Tuesday, June 5, 2007

Leading Through Reflection

Charged with heresy and sentenced to die through lethal ingestion, Socrates boldly stood before his accusers and stated, “An unexamined life is not worth living.” Much of what we know about Socrates is through the writings of his protégé, Plato. Because of his reputable work in both moral and political philosophy, which has become the basis for Western philosophy, Socrates contributed a major factor in theoretical reasoning. Known as the Socratic Method, or dialectical technique, Socrates interacted with many philosophers of the day by refuting their position on any doctrine or teaching. Once a philosopher introduced a principle, Socrates offered a series of rebuttals to discover their underlining beliefs and continue with a verbal assault to prove their lack of knowledge.(Wikipedia; Philosophypages; Stanford)

Remember those who led you, who spoke the word of God to you; and considering the result of their conduct, imitate their faith. Jesus Christ is the same yesterday and today and forever. Hebrews 13:7-8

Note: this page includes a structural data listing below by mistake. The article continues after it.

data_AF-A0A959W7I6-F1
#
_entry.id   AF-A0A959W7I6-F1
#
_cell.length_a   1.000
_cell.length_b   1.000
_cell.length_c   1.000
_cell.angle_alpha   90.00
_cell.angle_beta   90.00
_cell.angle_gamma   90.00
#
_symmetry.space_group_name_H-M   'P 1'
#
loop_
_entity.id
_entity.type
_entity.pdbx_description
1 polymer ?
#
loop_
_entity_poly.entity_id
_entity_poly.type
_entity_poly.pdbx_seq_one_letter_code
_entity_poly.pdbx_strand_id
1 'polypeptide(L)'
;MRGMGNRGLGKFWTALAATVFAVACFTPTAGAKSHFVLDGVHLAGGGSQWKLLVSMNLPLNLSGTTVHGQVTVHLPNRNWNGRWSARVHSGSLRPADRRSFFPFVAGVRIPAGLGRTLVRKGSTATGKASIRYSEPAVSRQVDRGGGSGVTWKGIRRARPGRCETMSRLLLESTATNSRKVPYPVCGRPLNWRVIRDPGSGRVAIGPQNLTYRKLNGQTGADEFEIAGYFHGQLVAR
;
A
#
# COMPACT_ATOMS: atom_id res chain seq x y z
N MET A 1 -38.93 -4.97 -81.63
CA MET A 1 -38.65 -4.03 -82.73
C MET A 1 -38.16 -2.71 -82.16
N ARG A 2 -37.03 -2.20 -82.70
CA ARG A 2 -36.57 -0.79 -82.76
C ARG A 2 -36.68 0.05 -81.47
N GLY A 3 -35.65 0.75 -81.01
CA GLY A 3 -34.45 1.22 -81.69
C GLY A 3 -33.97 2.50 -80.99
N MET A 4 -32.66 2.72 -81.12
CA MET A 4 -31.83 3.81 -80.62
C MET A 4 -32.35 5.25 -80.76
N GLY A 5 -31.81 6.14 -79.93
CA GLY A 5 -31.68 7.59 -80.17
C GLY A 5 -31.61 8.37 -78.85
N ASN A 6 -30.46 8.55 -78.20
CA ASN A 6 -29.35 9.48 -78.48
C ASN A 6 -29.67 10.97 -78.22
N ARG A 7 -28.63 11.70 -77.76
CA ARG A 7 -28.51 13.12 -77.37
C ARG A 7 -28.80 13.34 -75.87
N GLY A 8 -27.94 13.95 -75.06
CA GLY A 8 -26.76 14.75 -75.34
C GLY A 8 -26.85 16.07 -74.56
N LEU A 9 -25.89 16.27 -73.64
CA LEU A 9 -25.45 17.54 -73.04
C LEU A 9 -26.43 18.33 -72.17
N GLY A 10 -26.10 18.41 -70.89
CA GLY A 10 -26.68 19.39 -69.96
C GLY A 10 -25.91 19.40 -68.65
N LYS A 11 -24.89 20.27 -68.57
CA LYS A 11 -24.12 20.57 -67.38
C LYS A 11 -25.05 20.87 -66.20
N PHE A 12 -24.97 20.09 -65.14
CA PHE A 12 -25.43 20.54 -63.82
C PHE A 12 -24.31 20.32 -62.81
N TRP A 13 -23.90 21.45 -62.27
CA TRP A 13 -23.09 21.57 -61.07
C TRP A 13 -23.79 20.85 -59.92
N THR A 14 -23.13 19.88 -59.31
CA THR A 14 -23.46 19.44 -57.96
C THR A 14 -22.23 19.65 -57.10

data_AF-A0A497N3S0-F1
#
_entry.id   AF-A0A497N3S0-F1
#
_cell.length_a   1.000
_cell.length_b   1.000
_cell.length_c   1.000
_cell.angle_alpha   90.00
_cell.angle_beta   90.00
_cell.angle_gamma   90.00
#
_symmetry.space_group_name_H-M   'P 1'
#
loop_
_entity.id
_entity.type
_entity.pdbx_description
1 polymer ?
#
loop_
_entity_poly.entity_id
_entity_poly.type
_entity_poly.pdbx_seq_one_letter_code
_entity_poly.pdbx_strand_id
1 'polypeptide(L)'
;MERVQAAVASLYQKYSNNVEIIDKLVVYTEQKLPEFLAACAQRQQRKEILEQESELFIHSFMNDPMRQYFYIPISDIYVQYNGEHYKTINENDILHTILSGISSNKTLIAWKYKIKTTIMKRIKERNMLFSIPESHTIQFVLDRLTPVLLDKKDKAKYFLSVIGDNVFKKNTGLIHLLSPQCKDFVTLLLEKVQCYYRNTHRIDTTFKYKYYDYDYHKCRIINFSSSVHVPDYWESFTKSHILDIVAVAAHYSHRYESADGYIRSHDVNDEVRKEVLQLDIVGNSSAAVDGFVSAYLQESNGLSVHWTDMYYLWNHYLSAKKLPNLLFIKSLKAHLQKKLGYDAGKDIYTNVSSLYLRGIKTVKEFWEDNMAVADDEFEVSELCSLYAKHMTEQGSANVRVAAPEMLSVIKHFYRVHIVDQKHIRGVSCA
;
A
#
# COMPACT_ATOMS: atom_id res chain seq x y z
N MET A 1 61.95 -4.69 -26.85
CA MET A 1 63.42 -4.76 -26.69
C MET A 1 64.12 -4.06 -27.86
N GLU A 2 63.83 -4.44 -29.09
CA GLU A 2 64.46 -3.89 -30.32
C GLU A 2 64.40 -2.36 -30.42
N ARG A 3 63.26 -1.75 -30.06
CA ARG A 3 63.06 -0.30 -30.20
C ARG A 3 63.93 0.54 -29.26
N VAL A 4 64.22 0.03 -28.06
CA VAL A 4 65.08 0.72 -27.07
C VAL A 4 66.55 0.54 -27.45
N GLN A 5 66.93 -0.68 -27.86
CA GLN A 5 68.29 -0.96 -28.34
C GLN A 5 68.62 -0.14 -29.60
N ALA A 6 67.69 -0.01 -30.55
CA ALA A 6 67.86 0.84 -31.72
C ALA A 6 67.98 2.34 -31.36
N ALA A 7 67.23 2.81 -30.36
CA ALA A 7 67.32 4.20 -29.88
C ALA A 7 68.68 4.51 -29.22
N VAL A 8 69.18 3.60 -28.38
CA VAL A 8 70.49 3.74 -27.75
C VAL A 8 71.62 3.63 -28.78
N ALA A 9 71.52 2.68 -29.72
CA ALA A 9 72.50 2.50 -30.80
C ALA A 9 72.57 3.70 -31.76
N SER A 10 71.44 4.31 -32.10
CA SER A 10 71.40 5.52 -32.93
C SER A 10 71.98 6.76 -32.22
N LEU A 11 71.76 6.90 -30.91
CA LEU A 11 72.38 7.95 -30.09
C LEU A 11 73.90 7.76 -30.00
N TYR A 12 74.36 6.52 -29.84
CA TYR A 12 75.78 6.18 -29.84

“Yesterday, today, and tomorrow.” A phrase for every Christian leader. The writer of Hebrews prompts us to bear in mind those who have lived before us. As we reflect and study their lives, we will do well to follow in their footsteps as they pursued our Lord. We will face the same obstacles as they did; however, our challenges will be masked in different garments. In his book, The Making of a Leader, J. Robert Clinton suggests that the lessons learned from our predecessors will reveal patterns and themes which will benefit many leaders to come. He writes, “Leadership is a lifetime of lessons. It is not a setoff do-it-yourself correspondence courses that can be worked through in a few months or years. In our attempt to ‘think back on how they lived and died,’ we will learn to analyze these lessons...we will see various patterns emerge that will indicate the many ways God developed and strengthened leaders in the past for their particular leadership roles. We can profit from both how God developed them and what God taught them. As we apply these lessons to our lives, we will be imitating their faith” (40).

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